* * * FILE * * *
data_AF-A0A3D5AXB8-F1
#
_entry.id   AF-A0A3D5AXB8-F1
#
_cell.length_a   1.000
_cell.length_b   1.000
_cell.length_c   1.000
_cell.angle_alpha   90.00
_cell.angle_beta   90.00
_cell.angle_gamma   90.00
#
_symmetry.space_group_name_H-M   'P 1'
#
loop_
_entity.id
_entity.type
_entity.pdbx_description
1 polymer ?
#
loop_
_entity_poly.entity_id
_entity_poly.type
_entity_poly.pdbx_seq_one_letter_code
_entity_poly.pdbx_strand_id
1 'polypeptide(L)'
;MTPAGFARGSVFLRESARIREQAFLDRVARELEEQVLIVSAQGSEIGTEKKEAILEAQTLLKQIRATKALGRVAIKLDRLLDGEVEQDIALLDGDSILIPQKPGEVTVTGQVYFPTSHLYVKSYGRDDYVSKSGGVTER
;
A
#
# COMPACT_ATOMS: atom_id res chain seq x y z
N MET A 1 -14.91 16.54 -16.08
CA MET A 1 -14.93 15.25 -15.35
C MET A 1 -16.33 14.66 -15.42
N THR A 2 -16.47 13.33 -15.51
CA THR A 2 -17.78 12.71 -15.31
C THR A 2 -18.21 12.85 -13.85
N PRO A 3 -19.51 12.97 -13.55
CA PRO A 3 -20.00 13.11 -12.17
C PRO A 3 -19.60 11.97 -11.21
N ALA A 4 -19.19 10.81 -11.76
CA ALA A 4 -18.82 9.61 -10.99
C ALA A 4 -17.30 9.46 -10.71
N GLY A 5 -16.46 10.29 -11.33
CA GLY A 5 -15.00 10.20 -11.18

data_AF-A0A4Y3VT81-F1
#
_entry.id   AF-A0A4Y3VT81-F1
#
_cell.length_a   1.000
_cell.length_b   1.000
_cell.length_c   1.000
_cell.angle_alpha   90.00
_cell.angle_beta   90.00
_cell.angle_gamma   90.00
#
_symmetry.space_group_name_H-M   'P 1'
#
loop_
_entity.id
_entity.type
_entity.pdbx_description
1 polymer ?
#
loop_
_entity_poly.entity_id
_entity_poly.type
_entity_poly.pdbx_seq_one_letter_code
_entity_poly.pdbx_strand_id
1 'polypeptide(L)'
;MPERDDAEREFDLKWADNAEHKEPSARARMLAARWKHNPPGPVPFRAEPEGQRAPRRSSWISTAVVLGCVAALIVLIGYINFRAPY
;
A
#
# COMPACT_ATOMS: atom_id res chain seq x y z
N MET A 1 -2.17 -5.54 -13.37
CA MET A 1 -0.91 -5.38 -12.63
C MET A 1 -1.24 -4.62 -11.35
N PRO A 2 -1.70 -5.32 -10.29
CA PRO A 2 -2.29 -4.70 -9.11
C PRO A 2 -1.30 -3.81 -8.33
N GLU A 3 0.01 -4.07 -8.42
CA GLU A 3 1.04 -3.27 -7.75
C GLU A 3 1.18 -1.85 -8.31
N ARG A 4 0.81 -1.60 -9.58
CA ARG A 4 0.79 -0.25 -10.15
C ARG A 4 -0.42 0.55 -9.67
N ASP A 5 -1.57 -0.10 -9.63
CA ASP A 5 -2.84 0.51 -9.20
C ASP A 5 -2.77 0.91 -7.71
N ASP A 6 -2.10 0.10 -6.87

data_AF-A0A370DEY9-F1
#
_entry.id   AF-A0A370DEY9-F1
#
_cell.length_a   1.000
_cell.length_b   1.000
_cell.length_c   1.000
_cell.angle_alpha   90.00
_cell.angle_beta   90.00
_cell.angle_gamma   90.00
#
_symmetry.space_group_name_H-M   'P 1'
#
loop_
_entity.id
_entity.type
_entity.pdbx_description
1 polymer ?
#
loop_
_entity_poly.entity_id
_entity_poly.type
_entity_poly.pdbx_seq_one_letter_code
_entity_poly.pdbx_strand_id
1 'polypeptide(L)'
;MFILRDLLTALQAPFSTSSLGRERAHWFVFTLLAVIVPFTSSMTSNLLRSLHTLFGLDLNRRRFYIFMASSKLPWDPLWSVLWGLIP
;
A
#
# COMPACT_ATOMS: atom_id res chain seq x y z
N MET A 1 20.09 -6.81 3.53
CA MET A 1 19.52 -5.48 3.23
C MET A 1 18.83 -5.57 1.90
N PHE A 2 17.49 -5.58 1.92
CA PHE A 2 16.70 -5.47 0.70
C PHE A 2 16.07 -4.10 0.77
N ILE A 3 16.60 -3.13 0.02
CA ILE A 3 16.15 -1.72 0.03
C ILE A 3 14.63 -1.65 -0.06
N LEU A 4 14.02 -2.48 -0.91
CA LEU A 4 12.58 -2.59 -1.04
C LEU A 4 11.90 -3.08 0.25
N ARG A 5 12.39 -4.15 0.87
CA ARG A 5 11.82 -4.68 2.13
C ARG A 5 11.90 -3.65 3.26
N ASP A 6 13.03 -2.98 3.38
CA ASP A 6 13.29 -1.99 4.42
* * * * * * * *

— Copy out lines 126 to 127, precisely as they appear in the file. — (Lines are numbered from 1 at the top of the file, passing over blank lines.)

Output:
C PHE A 2 16.07 -4.10 0.77
N ILE A 3 16.60 -3.13 0.02